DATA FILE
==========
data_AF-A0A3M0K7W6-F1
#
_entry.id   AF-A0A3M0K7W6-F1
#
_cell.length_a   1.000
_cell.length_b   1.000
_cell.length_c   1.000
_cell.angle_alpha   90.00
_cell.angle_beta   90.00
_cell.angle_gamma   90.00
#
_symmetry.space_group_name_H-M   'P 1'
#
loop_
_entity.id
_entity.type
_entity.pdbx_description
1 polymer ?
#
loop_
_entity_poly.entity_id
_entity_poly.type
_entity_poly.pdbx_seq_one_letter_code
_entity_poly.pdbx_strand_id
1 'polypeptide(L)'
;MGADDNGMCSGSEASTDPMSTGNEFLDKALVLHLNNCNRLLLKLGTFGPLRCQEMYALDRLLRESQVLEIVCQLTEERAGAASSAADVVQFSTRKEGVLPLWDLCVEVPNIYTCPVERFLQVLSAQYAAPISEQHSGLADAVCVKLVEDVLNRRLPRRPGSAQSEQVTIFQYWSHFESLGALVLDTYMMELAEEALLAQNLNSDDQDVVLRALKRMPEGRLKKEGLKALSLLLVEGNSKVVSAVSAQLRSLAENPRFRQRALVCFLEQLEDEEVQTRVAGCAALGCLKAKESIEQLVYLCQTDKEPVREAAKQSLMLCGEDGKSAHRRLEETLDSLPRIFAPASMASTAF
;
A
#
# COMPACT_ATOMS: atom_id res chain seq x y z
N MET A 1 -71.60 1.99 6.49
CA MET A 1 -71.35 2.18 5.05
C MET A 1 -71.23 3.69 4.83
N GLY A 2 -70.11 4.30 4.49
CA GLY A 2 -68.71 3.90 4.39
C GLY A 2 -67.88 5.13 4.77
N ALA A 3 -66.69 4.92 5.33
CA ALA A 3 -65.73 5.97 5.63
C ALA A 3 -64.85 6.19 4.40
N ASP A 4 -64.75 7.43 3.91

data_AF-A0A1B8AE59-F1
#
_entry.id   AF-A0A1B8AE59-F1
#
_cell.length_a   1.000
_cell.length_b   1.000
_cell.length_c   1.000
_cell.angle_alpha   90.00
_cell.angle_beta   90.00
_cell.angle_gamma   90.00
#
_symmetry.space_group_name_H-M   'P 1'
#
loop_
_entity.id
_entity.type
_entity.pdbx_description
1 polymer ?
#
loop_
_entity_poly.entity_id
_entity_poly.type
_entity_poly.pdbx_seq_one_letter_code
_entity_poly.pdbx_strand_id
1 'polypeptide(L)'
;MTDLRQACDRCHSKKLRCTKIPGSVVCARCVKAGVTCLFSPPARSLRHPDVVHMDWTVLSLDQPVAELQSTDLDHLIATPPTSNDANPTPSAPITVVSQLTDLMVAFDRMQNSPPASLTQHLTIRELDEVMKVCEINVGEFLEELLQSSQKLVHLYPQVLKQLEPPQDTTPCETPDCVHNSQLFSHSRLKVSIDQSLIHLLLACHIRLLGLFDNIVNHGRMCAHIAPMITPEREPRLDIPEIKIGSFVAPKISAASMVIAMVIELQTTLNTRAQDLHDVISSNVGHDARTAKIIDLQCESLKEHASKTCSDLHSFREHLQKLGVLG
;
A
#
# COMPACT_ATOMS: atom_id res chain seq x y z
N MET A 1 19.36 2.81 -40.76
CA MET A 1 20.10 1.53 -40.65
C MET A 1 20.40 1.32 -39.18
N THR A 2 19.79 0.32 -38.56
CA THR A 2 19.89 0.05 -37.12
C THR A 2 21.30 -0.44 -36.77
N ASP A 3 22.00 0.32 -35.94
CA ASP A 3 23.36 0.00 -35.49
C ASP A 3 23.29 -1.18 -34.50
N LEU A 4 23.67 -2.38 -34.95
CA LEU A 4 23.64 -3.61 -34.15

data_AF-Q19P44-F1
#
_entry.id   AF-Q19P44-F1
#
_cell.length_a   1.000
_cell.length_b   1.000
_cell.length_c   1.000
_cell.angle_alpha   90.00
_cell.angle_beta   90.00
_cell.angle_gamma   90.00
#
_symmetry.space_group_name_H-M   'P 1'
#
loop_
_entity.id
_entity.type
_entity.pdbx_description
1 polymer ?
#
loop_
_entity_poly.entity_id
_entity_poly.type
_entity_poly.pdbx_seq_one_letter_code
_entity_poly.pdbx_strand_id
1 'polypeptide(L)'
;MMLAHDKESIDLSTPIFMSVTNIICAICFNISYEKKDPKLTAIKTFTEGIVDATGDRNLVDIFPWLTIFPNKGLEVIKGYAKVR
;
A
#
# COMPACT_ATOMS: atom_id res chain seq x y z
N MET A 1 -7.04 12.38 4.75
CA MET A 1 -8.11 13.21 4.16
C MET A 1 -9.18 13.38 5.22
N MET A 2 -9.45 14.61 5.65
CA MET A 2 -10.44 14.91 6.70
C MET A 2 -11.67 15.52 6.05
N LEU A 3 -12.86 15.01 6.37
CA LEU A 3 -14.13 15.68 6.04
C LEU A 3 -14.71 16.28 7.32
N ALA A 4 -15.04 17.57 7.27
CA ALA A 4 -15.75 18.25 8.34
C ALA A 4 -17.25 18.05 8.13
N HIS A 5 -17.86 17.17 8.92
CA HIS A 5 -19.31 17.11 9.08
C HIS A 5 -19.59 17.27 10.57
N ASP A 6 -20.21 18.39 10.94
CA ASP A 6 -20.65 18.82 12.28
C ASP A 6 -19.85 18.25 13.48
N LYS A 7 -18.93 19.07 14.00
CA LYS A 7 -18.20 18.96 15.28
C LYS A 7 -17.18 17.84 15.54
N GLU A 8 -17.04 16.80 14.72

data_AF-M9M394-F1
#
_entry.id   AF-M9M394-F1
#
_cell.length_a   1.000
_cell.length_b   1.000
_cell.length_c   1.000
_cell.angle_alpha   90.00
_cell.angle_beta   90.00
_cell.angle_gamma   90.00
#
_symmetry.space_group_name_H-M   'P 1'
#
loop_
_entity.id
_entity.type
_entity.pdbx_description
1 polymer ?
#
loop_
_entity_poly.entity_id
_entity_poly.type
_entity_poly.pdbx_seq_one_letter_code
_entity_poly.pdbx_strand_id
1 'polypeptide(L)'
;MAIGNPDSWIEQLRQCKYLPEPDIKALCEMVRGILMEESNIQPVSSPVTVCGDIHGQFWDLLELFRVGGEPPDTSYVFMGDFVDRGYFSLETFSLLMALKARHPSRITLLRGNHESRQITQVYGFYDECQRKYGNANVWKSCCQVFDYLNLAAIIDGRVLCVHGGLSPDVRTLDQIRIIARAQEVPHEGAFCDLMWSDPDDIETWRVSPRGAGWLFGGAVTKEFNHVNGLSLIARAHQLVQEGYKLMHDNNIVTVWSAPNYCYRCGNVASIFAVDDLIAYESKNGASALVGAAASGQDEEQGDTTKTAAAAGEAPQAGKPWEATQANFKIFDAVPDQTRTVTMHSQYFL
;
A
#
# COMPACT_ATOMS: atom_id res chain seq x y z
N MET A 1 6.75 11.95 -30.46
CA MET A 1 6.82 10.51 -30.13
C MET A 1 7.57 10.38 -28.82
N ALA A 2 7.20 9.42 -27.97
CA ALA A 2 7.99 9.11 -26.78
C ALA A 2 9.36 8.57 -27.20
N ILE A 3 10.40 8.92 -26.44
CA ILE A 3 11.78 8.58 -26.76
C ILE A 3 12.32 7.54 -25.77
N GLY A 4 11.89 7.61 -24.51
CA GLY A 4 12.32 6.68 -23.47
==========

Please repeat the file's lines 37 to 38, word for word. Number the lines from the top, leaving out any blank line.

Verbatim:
N ALA A 3 -66.69 4.92 5.33
CA ALA A 3 -65.73 5.97 5.63